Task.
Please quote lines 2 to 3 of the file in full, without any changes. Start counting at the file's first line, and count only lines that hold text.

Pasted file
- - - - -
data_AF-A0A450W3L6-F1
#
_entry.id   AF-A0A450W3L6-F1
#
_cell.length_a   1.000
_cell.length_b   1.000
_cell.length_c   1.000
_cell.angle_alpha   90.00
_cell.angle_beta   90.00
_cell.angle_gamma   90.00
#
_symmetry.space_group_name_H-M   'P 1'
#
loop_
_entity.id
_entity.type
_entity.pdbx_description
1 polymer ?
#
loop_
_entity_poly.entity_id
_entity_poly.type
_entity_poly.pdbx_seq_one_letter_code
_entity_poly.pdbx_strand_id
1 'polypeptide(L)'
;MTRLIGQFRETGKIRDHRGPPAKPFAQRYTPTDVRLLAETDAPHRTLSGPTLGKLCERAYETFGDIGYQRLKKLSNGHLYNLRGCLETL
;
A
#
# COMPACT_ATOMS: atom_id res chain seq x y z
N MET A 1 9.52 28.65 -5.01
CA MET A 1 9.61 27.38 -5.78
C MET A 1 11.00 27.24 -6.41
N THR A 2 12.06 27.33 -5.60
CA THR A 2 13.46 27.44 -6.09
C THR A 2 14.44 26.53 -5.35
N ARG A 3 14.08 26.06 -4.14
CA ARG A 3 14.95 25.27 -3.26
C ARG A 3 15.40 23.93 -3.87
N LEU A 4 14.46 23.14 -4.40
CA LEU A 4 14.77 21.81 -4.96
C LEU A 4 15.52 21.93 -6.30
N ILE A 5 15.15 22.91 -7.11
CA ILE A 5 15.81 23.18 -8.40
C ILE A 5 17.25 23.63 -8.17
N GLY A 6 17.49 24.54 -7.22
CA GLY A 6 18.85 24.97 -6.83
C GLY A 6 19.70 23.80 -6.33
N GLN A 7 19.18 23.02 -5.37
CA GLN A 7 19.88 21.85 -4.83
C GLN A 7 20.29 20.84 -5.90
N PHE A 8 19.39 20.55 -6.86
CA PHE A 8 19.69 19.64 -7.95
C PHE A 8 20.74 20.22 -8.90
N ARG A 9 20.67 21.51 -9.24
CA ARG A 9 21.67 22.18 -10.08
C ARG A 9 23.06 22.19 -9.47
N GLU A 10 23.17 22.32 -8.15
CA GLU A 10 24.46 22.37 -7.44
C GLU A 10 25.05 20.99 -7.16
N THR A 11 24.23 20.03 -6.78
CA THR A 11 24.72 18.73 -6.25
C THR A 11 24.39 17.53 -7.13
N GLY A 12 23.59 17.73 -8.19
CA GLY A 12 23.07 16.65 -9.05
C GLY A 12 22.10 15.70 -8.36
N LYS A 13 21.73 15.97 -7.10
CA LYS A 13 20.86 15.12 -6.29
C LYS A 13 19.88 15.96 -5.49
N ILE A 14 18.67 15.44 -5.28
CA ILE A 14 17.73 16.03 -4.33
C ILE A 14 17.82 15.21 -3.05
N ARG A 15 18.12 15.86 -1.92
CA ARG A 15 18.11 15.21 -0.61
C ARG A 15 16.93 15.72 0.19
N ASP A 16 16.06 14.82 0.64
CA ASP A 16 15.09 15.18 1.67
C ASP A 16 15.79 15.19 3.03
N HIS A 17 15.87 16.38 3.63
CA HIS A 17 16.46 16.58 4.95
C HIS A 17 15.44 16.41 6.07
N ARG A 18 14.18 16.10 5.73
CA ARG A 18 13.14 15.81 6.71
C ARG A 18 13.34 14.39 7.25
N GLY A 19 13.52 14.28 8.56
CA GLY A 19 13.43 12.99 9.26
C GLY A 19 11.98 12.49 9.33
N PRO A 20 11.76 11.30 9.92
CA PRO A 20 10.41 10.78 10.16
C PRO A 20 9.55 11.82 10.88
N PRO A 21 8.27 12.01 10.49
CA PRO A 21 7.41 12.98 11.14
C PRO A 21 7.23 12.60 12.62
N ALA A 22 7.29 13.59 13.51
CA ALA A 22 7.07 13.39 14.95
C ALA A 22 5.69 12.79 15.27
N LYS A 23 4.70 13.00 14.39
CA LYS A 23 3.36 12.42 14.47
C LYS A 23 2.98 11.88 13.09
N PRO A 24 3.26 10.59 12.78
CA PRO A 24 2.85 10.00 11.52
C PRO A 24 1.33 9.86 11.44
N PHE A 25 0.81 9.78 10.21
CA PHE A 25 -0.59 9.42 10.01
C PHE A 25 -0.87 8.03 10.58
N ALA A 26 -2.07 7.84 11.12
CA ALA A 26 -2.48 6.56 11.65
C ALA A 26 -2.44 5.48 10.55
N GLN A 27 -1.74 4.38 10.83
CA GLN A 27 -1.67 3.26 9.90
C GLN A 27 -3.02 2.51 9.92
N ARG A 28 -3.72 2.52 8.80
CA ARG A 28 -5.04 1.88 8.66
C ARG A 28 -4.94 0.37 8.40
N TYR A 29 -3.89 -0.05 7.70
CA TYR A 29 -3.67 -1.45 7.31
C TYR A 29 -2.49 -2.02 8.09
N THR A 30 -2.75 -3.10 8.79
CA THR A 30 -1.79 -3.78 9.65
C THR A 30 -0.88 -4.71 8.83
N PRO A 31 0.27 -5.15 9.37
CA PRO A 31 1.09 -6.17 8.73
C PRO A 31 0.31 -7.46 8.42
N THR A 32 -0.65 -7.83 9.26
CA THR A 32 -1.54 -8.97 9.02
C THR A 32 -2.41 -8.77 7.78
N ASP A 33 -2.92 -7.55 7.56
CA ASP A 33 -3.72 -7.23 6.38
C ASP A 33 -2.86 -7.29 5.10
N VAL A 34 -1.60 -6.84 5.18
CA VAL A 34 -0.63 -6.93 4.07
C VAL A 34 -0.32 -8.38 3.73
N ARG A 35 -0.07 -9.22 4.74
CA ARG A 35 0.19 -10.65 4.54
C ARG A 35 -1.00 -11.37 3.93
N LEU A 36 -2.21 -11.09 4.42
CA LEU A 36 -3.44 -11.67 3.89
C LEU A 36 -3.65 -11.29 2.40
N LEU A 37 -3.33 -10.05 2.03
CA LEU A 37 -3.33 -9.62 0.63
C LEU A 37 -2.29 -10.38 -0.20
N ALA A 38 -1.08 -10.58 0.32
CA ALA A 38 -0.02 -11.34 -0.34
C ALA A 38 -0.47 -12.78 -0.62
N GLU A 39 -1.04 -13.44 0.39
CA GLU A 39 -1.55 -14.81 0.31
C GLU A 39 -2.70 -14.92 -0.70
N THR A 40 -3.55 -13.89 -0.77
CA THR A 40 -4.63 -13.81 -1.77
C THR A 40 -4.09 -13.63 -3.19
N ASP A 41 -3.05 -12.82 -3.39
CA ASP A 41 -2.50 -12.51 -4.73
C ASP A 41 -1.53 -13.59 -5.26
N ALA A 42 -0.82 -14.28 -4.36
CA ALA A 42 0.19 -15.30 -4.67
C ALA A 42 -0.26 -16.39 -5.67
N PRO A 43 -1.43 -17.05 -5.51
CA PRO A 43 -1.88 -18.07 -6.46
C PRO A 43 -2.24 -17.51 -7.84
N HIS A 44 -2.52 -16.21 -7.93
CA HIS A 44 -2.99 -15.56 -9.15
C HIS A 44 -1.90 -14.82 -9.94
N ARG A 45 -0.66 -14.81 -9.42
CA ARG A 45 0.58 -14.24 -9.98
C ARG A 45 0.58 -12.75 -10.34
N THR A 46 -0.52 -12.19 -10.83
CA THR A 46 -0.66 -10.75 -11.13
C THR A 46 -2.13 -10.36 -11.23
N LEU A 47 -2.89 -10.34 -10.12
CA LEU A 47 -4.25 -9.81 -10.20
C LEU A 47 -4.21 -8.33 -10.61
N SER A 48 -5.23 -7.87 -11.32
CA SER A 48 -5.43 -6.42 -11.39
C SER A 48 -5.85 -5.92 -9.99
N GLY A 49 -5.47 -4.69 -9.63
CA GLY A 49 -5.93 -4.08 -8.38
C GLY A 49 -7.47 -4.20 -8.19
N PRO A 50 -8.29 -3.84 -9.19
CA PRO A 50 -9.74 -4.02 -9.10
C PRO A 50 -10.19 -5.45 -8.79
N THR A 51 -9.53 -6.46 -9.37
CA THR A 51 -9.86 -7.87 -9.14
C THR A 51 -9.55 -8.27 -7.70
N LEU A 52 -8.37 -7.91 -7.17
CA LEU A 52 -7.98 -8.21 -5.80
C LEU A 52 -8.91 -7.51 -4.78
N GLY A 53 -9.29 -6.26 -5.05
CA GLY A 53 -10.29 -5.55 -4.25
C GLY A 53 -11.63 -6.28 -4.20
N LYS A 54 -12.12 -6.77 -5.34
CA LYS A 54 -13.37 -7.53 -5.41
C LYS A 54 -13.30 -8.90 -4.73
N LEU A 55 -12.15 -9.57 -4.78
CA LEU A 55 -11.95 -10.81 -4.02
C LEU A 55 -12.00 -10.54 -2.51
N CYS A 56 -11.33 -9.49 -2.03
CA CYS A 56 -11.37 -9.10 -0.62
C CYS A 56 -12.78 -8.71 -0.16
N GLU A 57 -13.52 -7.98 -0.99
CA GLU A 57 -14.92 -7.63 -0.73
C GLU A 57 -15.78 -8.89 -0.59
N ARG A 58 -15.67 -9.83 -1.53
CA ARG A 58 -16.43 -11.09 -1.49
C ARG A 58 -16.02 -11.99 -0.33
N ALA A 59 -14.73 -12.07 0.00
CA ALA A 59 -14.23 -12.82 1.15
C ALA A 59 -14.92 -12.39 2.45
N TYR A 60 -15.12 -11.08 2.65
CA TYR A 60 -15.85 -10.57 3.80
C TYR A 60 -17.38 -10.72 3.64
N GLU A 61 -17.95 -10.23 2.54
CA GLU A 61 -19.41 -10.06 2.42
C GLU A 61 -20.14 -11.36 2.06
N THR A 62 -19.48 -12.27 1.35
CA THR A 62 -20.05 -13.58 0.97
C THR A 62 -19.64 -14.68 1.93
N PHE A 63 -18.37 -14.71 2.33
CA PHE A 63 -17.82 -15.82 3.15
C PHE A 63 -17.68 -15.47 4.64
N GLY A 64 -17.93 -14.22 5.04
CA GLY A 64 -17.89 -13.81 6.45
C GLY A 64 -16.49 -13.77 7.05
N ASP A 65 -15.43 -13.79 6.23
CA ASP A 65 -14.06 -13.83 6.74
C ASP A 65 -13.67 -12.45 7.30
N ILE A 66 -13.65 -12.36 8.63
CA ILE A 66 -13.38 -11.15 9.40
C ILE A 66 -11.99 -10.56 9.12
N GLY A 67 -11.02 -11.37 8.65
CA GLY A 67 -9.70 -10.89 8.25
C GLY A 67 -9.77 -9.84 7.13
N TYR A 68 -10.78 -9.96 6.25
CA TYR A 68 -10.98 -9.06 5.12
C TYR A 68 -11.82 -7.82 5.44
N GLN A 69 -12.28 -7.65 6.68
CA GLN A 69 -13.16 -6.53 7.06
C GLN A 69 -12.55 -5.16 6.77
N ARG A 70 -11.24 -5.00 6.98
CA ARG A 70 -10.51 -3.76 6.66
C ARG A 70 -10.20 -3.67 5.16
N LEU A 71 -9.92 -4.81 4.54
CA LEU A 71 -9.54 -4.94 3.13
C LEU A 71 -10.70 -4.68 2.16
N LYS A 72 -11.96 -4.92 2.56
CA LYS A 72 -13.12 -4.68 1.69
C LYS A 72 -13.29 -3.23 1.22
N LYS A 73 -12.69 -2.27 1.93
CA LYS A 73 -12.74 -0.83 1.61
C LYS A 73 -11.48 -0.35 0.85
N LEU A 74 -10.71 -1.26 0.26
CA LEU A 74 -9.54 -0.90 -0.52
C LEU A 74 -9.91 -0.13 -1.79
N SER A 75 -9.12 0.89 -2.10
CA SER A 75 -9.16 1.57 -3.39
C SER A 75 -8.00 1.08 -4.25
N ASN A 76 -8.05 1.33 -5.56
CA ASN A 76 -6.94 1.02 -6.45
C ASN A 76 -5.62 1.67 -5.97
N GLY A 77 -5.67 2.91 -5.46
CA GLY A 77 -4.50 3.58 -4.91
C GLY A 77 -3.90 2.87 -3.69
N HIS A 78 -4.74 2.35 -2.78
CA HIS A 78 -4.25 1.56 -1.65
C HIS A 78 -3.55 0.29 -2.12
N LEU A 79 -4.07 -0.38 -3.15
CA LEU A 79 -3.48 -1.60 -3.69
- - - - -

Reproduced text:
#
_entry.id   AF-A0A450W3L6-F1